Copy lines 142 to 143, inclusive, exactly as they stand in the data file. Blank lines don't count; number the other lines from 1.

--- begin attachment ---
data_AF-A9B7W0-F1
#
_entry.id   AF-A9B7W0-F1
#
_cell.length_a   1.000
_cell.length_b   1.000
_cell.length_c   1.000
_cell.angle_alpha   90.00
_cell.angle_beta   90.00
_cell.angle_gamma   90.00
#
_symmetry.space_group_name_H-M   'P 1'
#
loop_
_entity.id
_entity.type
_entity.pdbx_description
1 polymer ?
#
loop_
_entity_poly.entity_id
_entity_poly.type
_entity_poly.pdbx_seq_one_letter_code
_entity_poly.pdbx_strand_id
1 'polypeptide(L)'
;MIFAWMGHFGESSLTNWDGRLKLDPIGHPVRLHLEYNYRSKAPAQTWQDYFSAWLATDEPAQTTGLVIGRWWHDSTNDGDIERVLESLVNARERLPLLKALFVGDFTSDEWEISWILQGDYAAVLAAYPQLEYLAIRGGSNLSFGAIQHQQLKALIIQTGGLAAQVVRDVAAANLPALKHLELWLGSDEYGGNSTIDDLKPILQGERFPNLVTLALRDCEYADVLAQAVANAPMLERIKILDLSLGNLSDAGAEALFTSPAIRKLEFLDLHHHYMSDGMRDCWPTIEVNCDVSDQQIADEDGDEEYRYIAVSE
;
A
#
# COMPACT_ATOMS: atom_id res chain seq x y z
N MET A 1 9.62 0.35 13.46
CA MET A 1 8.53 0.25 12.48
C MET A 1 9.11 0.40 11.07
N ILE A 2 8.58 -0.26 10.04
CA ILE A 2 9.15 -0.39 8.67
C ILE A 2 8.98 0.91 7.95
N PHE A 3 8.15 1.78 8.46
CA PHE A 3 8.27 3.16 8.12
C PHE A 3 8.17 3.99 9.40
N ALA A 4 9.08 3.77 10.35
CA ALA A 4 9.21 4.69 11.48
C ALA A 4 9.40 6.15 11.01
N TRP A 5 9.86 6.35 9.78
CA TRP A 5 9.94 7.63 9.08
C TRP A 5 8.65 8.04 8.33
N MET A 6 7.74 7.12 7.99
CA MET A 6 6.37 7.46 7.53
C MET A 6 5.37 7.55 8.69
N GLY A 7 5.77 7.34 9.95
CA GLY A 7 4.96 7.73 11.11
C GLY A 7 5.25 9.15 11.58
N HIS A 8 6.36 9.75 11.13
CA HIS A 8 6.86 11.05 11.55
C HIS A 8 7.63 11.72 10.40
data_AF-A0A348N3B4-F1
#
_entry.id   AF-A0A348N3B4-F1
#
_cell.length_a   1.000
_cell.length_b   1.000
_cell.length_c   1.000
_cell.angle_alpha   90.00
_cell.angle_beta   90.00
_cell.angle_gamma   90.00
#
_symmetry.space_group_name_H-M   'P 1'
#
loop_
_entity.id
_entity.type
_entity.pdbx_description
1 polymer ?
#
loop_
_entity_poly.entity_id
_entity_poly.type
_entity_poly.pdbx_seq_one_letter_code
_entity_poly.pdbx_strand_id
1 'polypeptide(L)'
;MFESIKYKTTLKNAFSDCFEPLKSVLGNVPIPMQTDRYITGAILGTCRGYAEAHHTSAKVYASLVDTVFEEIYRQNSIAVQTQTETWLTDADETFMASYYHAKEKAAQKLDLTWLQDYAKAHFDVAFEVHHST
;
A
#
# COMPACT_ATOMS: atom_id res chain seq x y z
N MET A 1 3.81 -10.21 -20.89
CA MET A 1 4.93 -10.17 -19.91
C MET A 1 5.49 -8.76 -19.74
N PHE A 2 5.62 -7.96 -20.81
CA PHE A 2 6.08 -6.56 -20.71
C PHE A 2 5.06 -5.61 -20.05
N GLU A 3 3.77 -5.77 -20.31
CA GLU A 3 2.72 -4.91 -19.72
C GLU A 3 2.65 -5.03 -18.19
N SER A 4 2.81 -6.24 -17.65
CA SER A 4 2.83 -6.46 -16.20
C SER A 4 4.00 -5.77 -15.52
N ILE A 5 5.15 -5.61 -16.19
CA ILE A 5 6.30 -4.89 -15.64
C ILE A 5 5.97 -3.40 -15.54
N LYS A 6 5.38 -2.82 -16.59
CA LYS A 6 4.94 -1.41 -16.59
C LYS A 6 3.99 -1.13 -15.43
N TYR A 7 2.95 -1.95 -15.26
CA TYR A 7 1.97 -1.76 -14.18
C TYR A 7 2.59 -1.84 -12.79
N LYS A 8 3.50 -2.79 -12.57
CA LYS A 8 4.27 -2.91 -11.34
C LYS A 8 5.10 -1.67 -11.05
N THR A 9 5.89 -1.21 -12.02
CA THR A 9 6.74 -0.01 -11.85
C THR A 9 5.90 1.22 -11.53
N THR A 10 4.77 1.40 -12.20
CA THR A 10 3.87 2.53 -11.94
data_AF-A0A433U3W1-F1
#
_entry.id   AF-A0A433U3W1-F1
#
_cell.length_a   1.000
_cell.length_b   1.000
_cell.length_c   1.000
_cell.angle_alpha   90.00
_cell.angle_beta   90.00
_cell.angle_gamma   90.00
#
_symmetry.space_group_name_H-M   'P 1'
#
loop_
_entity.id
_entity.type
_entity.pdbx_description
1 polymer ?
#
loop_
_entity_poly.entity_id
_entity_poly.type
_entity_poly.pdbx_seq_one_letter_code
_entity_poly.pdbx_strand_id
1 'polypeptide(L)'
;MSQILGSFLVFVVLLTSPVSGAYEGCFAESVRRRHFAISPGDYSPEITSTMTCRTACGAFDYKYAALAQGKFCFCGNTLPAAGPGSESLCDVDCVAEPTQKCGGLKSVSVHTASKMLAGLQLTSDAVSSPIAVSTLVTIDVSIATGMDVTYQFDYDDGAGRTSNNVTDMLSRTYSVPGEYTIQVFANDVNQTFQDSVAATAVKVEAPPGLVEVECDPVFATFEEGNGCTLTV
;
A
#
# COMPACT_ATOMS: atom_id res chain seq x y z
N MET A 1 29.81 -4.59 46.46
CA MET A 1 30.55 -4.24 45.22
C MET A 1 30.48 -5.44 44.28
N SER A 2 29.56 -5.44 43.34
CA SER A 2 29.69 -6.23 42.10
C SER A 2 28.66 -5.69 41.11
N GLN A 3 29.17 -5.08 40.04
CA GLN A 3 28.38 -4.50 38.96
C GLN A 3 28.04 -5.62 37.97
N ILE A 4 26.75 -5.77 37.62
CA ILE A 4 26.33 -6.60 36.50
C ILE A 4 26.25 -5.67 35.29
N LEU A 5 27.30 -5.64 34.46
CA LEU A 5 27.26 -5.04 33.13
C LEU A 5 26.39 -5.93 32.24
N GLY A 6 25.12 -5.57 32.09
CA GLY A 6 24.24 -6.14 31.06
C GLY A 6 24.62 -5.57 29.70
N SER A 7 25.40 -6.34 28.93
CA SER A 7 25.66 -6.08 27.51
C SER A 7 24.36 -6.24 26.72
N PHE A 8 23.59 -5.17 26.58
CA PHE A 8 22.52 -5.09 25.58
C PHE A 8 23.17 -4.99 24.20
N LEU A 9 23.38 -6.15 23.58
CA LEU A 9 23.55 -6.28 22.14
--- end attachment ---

#
# COMPACT_ATOMS: atom_id res chain seq x y z